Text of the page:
Bringing a plate of sandwiches from the kitchen, the sound of Martin Williams’ booming laugh fills the room.  “I smell a child labor law violation, Nick.”

      “Actually, padre,” Nick says, shaking his head, “when the varnish dried, I had to sand it all off at two the next morning and re-do it”  

     Pausing, Nick sips his drink and continues. “It was there and then I think I finally realized being a dad isn’t just slapping the 'I’m the proud parent of …' bumper sticker on the car. It’s being involved in his everyday life. In the little things, playing catch, going fishing, washing the car. And if he misses half the dirt, who cares. The important thing isn’t a shiny car; it’s a kid who knows his dad looks out for him, loves him, and wants him in his life.” 

     Saying nothing, Ace nods gently. Pausing a moment, he turns to the Spinelli brothers. “Vito, Carmine, your boys work with you in the restaurant. Same reason?”

     “Well partly,” Carmine says, picking up his cards. “It started because we needed the help. But now, with them going off to college, it gives us a chance to stay involved in their lives. They’ll be doing any of a dozen different things and the conversation will turn to girls or school, or something.”

     Vito winks at his brother. “Yea, like Carmine says, it’s a chance to learn a thing or two, especially about girls.”

     “Who, you or the boys?” Nick chuckles, a devilish look in his eyes.

      “Well, Nunzio actually,” Carmine deadpans.  “Being married to “Tiff”, he needs all the help he can get.”

     The mention of Nunzio and Tiffany brings chuckles around the table. Everyone has their favorite “Tiff and Z” story.  A fun, and at times, zany couple, they're a neighborhood legend. A "goombah" and the daughter of a “Wasp” banker. How that marriage came about is a story in itself. Maybe later. But they’re a great couple. And a better mother than Tiffany you won't find anywhere. 

     Looking over Carmine’s head, Nick spots a painting. “See that picture over the stereo, Darryl?” he asks. “It’s Joseph teaching young Jesus the skills of a carpenter. Joseph gave his boy his time and attention, and the knowledge and skill of a craft. Can't you picture the two of them, working together in the Galilean sunshine, with Joseph teaching and talking with his boy?”

     “Yea … I can,” Darryl says somewhat absent mindedly, the look on his face a faraway one.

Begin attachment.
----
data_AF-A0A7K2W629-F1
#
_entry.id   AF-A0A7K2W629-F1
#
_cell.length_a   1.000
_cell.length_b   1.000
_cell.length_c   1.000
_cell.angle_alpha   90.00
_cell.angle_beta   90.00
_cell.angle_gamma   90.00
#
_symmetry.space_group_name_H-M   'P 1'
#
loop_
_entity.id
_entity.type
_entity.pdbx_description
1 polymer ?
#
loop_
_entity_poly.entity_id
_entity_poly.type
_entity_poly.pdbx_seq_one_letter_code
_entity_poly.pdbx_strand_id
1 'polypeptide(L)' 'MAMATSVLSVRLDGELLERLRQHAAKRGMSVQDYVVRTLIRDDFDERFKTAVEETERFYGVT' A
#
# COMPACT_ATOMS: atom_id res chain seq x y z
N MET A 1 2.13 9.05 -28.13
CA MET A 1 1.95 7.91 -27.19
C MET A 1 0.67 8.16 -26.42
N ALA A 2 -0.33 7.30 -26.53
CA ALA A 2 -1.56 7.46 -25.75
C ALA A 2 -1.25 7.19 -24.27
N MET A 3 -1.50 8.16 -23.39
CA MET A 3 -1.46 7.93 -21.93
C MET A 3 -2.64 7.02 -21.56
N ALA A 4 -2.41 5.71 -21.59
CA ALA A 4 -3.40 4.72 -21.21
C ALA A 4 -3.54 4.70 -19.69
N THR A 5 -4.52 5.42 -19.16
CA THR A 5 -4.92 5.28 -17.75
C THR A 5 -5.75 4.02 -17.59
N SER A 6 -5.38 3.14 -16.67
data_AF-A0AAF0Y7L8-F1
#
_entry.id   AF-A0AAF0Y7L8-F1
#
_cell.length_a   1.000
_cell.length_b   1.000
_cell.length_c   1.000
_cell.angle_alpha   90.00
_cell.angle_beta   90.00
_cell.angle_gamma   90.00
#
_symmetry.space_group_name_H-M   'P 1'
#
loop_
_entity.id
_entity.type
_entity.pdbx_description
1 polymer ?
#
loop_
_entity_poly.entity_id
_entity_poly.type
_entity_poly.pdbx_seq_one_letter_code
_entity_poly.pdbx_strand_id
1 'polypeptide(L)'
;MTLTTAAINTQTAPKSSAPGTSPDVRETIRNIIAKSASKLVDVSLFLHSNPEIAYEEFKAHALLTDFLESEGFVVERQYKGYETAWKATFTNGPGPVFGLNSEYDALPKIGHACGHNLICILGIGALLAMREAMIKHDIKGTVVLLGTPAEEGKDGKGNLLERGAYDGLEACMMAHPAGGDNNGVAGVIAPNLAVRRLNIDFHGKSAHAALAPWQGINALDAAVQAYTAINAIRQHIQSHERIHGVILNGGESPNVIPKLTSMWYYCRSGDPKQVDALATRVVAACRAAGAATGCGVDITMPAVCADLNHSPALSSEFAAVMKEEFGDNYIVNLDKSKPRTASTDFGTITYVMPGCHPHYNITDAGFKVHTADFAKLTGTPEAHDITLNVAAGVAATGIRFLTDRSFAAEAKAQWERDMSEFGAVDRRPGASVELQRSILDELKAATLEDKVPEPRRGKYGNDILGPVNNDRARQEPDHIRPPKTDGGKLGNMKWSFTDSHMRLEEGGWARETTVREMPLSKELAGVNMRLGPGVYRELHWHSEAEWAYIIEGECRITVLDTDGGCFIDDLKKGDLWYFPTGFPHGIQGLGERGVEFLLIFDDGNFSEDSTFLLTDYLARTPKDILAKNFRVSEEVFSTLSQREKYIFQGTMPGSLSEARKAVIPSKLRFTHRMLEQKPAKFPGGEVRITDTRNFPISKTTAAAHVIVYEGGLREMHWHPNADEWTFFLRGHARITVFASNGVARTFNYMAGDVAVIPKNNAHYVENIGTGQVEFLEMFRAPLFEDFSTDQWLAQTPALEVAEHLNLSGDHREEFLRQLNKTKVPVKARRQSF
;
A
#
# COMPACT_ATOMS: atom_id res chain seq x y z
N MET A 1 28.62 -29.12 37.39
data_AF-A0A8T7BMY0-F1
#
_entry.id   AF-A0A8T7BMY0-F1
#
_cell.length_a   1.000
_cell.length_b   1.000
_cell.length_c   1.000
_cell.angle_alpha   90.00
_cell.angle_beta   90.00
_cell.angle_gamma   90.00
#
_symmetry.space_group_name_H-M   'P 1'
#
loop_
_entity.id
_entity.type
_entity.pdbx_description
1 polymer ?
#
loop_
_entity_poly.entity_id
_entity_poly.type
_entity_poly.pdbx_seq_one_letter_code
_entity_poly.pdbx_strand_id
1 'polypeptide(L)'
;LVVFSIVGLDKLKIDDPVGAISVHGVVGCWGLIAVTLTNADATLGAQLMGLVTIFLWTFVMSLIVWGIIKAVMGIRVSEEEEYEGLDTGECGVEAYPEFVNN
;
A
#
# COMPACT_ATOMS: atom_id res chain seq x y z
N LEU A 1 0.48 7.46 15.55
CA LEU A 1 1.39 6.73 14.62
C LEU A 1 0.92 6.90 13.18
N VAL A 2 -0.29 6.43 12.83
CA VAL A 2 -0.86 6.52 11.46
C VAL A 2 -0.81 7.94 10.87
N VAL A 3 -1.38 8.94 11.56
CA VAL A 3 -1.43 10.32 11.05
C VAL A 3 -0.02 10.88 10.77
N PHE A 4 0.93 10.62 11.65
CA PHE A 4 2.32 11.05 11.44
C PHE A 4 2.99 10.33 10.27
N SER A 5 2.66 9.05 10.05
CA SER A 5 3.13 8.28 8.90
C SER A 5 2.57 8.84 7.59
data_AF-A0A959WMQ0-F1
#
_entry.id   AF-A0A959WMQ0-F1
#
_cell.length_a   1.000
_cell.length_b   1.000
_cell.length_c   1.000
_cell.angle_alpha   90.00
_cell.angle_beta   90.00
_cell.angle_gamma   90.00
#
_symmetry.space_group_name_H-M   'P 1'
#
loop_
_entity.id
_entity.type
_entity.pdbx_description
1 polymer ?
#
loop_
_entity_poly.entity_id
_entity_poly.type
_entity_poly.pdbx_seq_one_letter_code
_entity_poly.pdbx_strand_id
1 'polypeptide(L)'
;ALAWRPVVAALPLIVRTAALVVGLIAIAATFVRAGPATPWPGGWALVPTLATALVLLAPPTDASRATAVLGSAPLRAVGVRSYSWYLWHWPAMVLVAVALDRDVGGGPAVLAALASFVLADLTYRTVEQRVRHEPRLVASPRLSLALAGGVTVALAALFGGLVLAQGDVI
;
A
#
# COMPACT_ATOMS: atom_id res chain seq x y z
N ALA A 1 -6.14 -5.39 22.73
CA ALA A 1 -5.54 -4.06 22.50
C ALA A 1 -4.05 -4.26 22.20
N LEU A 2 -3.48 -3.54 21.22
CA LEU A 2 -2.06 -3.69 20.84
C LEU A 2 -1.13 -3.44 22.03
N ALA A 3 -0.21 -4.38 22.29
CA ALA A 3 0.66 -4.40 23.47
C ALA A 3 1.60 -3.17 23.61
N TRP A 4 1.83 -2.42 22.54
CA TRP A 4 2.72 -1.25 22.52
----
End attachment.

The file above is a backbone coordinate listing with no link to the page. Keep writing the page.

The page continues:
Smiling gently, Nick continues. "Scripture shows Jesus as a man of vision, direction, courage, and compassion; all qualities of a good strong man, and the product of Joseph’s time and effort. Something we often miss. Ever wonder what that first conversation was between Joseph and his Heavenly Father when they finally met face to face?”

     “Interesting thought,” Darryl says. “I never really thought about Joseph in that way."

     “You and everyone else," says Reverend Jacobson. "If that old cliché`, 'the child is the father of the man,' is true, then Joseph was an exceptional influence on the boy. Like Nick says, something we often miss.” 

       Rabbi Josh nods in the direction of Ace’s hand. “Ace, you have the ten and the ace of hearts showing. If you’re an absentee dad now, when he’s little, well, you have a better chance of holding the inside three to that royal flush, than expecting a teenage son to automatically respect you if you’ve never really been involved in his life. Absentee dads who show up one day demanding automatic respect and obedience are unrealistic, at best.”

       Nick throws in a nickel. “Call.”

       It’s showtime. Carmine has an ace high, Vito, two pair, sevens and nines, Nick, a pair of kings, and Josh turns his cards to show three fives.

     Spreading his hand, Darryl shakes his head. “Ace, ten, queen of hearts, four of diamonds, jack of spades. Kangaroo straight.”

     "Sorry, Ace … the poker angel passed over that hand,” Josh says, chuckling softly. “But you still have lots of time to be a winner with Peter, right?”